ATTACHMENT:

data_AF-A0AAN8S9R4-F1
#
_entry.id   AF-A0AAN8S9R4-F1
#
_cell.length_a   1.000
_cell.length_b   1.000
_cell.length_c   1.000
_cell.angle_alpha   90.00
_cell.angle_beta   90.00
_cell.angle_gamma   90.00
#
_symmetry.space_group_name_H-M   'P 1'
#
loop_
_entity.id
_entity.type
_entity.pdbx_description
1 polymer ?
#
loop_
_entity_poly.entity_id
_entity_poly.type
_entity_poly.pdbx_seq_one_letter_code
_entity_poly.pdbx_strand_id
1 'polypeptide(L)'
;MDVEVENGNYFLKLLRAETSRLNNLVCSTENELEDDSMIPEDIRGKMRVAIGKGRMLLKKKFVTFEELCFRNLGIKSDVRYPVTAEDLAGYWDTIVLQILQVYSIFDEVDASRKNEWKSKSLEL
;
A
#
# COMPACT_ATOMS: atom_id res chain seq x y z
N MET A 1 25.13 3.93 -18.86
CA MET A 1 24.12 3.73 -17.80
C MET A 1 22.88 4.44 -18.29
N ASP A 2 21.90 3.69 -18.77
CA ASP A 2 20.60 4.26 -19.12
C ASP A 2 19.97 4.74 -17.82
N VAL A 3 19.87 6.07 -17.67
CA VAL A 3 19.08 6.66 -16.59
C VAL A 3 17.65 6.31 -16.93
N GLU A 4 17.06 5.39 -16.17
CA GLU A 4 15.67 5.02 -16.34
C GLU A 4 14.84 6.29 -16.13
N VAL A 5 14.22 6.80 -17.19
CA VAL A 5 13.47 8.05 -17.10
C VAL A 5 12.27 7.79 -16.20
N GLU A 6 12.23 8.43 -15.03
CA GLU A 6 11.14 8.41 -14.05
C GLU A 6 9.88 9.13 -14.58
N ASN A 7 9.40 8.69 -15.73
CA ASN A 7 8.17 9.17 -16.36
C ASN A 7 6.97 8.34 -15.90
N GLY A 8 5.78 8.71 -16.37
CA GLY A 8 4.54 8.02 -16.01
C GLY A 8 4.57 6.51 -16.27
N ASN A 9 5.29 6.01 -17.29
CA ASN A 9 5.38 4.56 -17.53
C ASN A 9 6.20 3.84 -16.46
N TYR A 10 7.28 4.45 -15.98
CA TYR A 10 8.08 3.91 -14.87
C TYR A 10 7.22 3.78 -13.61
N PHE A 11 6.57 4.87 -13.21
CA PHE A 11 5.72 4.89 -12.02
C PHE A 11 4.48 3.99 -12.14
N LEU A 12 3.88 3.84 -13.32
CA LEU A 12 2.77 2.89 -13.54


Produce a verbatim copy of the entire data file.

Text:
data_AF-A0AAN8S9R4-F1
#
_entry.id   AF-A0AAN8S9R4-F1
#
_cell.length_a   1.000
_cell.length_b   1.000
_cell.length_c   1.000
_cell.angle_alpha   90.00
_cell.angle_beta   90.00
_cell.angle_gamma   90.00
#
_symmetry.space_group_name_H-M   'P 1'
#
loop_
_entity.id
_entity.type
_entity.pdbx_description
1 polymer ?
#
loop_
_entity_poly.entity_id
_entity_poly.type
_entity_poly.pdbx_seq_one_letter_code
_entity_poly.pdbx_strand_id
1 'polypeptide(L)'
;MDVEVENGNYFLKLLRAETSRLNNLVCSTENELEDDSMIPEDIRGKMRVAIGKGRMLLKKKFVTFEELCFRNLGIKSDVRYPVTAEDLAGYWDTIVLQILQVYSIFDEVDASRKNEWKSKSLEL
;
A
#
# COMPACT_ATOMS: atom_id res chain seq x y z
N MET A 1 25.13 3.93 -18.86
CA MET A 1 24.12 3.73 -17.80
C MET A 1 22.88 4.44 -18.29
N ASP A 2 21.90 3.69 -18.77
CA ASP A 2 20.60 4.26 -19.12
C ASP A 2 19.97 4.74 -17.82
N VAL A 3 19.87 6.07 -17.67
CA VAL A 3 19.08 6.66 -16.59
C VAL A 3 17.65 6.31 -16.93
N GLU A 4 17.06 5.39 -16.17
CA GLU A 4 15.67 5.02 -16.34
C GLU A 4 14.84 6.29 -16.13
N VAL A 5 14.22 6.80 -17.19
CA VAL A 5 13.47 8.05 -17.10
C VAL A 5 12.27 7.79 -16.20
N GLU A 6 12.23 8.43 -15.03
CA GLU A 6 11.14 8.41 -14.05
C GLU A 6 9.88 9.13 -14.58
N ASN A 7 9.40 8.69 -15.73
CA ASN A 7 8.17 9.17 -16.36
C ASN A 7 6.97 8.34 -15.90
N GLY A 8 5.78 8.71 -16.37
CA GLY A 8 4.54 8.02 -16.01
C GLY A 8 4.57 6.51 -16.27
N ASN A 9 5.29 6.01 -17.29
CA ASN A 9 5.38 4.56 -17.53
C ASN A 9 6.20 3.84 -16.46
N TYR A 10 7.28 4.45 -15.98
CA TYR A 10 8.08 3.91 -14.87
C TYR A 10 7.22 3.78 -13.61
N PHE A 11 6.57 4.87 -13.21
CA PHE A 11 5.72 4.89 -12.02
C PHE A 11 4.48 3.99 -12.14
N LEU A 12 3.88 3.84 -13.32
CA LEU A 12 2.77 2.89 -13.54